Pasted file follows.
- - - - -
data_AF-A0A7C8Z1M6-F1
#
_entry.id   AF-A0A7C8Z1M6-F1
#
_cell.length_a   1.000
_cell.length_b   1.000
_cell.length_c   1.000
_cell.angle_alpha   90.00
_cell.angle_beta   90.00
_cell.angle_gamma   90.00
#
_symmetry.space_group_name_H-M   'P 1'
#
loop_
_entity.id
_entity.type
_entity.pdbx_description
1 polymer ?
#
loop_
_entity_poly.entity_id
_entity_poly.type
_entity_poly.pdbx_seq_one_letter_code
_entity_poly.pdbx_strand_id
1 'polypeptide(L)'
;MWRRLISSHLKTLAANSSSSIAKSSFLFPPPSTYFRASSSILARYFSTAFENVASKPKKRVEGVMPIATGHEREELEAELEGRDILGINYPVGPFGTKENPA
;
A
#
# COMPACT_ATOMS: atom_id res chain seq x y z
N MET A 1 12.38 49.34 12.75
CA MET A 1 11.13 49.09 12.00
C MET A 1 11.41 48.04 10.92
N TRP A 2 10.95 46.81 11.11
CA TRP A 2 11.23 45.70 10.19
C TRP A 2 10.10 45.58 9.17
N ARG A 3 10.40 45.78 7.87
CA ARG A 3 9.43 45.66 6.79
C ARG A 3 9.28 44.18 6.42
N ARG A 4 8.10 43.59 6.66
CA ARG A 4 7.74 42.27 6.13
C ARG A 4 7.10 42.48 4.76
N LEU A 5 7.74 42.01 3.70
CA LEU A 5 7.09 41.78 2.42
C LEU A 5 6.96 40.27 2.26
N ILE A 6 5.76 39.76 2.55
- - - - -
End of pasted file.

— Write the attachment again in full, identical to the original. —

data_AF-A0A7C8Z1M6-F1
#
_entry.id   AF-A0A7C8Z1M6-F1
#
_cell.length_a   1.000
_cell.length_b   1.000
_cell.length_c   1.000
_cell.angle_alpha   90.00
_cell.angle_beta   90.00
_cell.angle_gamma   90.00
#
_symmetry.space_group_name_H-M   'P 1'
#
loop_
_entity.id
_entity.type
_entity.pdbx_description
1 polymer ?
#
loop_
_entity_poly.entity_id
_entity_poly.type
_entity_poly.pdbx_seq_one_letter_code
_entity_poly.pdbx_strand_id
1 'polypeptide(L)'
;MWRRLISSHLKTLAANSSSSIAKSSFLFPPPSTYFRASSSILARYFSTAFENVASKPKKRVEGVMPIATGHEREELEAELEGRDILGINYPVGPFGTKENPA
;
A
#
# COMPACT_ATOMS: atom_id res chain seq x y z
N MET A 1 12.38 49.34 12.75
CA MET A 1 11.13 49.09 12.00
C MET A 1 11.41 48.04 10.92
N TRP A 2 10.95 46.81 11.11
CA TRP A 2 11.23 45.70 10.19
C TRP A 2 10.10 45.58 9.17
N ARG A 3 10.40 45.78 7.87
CA ARG A 3 9.43 45.66 6.79
C ARG A 3 9.28 44.18 6.42
N ARG A 4 8.10 43.59 6.66
CA ARG A 4 7.74 42.27 6.13
C ARG A 4 7.10 42.48 4.76
N LEU A 5 7.74 42.01 3.70
CA LEU A 5 7.09 41.78 2.42
C LEU A 5 6.96 40.27 2.26
N ILE A 6 5.76 39.76 2.55